Protecting children from explosive weapons
Improvised explosive devices (IEDs), landmines, bombs and other remnants of war kill and injure thousands of children each year.
Every year, more than 22,000 civilians are killed or injured by explosive weapons and remnants of war, including improvised explosive devices (IEDs), landmines and bombs. Children account for over half of the casualties from explosive ordnance.
They are vulnerable for numerous reasons.
The use of explosive weapons has increased in populated areas, like cities, where many girls and boys live with their families: There and elsewhere, aerial bombing and shelling do not spare children.
Many children are also killed or injured while playing with remnants, attracted to their colourful appearance and unaware of how deadly they are. Some of these weapons are household objects that have been turned into explosives.
Children account for over half of those killed or injured by landmines and other explosive remnants of war.
Child survivors endure staggering injuries. They can lose their sight, hearing or limbs. Many will suffer the psychological effects of trauma. And without adequate medical treatment, children injured by explosive weapons may be pulled from school – limiting their ability to build a better future for themselves and their families.
Explosive weapons also harm children by killing and injuring their parents. Children who lose their parents are less likely to receive adequate nutrition, immunization, and protection from abuse or exploitation. As a result, they’re often deprived of opportunities to grow and thrive.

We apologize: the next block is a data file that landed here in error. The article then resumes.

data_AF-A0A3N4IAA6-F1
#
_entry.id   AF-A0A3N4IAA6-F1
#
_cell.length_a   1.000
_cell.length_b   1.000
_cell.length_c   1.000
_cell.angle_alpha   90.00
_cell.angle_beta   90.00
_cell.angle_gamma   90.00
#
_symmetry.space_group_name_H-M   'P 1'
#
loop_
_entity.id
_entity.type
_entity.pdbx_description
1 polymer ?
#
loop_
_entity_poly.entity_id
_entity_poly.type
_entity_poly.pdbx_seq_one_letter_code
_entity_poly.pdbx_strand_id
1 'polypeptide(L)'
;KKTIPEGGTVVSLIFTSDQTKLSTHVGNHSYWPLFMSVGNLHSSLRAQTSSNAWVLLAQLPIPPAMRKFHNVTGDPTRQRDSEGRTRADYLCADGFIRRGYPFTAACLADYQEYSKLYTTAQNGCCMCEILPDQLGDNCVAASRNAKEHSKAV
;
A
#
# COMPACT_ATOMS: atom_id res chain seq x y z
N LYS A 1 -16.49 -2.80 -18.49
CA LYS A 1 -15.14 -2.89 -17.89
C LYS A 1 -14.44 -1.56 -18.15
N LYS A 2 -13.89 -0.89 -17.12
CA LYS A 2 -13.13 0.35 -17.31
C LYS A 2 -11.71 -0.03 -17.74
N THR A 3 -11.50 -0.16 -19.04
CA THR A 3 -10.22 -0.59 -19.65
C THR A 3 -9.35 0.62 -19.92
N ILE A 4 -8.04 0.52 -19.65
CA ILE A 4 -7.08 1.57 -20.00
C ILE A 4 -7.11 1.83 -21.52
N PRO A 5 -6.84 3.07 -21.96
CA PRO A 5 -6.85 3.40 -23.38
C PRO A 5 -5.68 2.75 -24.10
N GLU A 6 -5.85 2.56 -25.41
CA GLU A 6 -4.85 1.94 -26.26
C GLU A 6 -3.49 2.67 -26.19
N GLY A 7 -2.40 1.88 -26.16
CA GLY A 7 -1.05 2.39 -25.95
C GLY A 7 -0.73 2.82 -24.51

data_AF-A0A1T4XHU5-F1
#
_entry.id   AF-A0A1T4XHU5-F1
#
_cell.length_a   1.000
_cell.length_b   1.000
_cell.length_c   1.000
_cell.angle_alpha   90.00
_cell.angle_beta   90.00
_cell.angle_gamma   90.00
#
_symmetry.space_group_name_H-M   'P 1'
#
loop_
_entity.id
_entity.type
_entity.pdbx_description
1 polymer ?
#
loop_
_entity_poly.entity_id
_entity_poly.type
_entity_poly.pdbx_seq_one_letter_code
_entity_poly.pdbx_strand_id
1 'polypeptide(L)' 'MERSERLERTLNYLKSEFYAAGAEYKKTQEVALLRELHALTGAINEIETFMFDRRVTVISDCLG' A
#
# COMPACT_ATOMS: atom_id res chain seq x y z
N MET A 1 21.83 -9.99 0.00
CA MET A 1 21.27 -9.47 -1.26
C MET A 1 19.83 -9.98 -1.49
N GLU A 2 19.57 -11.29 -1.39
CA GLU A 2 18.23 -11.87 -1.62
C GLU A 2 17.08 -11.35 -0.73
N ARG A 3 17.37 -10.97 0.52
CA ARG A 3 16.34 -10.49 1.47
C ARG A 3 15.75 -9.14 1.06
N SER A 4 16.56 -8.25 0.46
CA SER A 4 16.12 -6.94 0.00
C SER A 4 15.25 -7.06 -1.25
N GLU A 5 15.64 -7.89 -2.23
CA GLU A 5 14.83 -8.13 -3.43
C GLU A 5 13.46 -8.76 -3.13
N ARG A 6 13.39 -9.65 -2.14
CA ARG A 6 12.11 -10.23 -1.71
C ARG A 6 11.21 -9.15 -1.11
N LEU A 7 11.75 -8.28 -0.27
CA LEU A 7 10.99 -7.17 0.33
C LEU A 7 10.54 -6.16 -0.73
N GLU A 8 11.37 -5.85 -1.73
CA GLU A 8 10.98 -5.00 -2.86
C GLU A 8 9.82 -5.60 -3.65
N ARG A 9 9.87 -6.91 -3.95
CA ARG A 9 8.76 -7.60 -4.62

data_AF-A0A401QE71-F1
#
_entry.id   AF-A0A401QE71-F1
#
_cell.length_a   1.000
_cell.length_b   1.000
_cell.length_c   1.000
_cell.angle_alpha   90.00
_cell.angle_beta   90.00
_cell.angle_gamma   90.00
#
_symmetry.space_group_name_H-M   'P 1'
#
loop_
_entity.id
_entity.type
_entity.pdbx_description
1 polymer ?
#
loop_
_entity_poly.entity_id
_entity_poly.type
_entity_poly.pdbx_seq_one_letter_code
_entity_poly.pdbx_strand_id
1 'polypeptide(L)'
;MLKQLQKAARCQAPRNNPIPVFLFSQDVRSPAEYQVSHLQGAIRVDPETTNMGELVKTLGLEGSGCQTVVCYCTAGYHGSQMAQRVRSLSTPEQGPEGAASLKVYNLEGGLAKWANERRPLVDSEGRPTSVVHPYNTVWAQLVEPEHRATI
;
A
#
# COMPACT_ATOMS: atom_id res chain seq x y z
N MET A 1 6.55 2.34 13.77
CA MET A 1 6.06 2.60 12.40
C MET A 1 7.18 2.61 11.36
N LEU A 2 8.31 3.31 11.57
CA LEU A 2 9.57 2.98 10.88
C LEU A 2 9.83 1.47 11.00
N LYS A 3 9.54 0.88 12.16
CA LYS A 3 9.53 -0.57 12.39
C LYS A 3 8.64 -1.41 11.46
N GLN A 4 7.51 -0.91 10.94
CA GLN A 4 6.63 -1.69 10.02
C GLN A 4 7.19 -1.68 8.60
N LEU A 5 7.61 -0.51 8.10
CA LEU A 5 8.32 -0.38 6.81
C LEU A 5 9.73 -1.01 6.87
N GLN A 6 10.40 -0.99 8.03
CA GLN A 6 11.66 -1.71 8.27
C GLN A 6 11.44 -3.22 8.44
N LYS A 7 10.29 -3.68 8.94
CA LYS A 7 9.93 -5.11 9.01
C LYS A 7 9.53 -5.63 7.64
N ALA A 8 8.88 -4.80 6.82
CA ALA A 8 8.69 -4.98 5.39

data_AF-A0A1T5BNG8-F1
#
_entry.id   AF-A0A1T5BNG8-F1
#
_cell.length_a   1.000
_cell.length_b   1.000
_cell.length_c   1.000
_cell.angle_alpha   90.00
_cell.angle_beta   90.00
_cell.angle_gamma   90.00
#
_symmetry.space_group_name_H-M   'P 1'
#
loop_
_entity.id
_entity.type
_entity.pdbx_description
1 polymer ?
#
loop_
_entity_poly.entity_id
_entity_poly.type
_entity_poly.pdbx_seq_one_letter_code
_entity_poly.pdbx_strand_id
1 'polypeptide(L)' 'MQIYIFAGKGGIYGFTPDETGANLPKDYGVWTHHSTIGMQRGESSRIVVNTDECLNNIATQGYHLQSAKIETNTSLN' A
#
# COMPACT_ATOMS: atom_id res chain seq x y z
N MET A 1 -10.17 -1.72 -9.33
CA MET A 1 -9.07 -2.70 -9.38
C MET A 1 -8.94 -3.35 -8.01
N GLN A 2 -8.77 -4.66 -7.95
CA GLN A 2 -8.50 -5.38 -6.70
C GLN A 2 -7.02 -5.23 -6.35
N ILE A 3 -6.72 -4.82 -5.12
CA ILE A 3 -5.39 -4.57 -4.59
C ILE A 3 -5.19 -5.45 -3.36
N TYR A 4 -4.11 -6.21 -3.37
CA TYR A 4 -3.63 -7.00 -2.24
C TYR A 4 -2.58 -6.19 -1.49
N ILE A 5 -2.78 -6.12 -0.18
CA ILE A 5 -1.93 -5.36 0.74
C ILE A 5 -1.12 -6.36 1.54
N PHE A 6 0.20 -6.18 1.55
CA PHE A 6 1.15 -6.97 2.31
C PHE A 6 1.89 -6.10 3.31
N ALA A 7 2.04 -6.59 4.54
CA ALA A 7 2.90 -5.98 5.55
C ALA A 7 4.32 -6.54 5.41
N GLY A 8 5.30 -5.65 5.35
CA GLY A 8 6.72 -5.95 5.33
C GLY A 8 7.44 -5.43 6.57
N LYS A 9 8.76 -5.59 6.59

And because explosive weapons and remnants of war can block physical access to schools, clean water, health facilities, farmland and other essential resources, they undermine the most fundamental human rights for a countless number of children.
Children bear no responsibility for war. But they are the first to suffer its consequences.
To keep children safe from bombs, IEDs, landmines and other explosive weapons, UNICEF calls for a mine-free world and a global commitment to avoid the use of explosive weapons in populated areas. We support the risk-reduction efforts of governments and humanitarian actors, and educate communities on the dangers of explosive weapons.
Moreover, UNICEF assists victims through medical care, provision of artificial limbs, mental or emotional support, and access to education – and helps build our partners’ capacity to protect and support children as well.
As co-chair of the Explosive Ordnance Risk Education Advisory Group, UNICEF offers guidance to global actors. We also strengthen the knowledge and skills of experts through courses on Developing Effective Explosive Ordnance Risk Education and Integrated Mine Action for Better Results, and as a knowledge leader in the International Mine Risk Education Working Group.
Since 2014, UNICEF has supported 24 million children in 25 countries to receive life-saving explosive-ordnance risk education, mostly in regions affected by ongoing conflicts. During the same period, we helped rehabilitate children injured by remnants of war in more than 10 countries.
More from UNICEF
Assistance to Victims of Landmines and Explosive Remnants of War: Guidance on Child-Focused Victim Assistance
Convention on the Prohibition of the Use, Stockpiling, Production and Transfer of Anti-Personnel Mines and on Their Destruction
Last updated 3 September 2020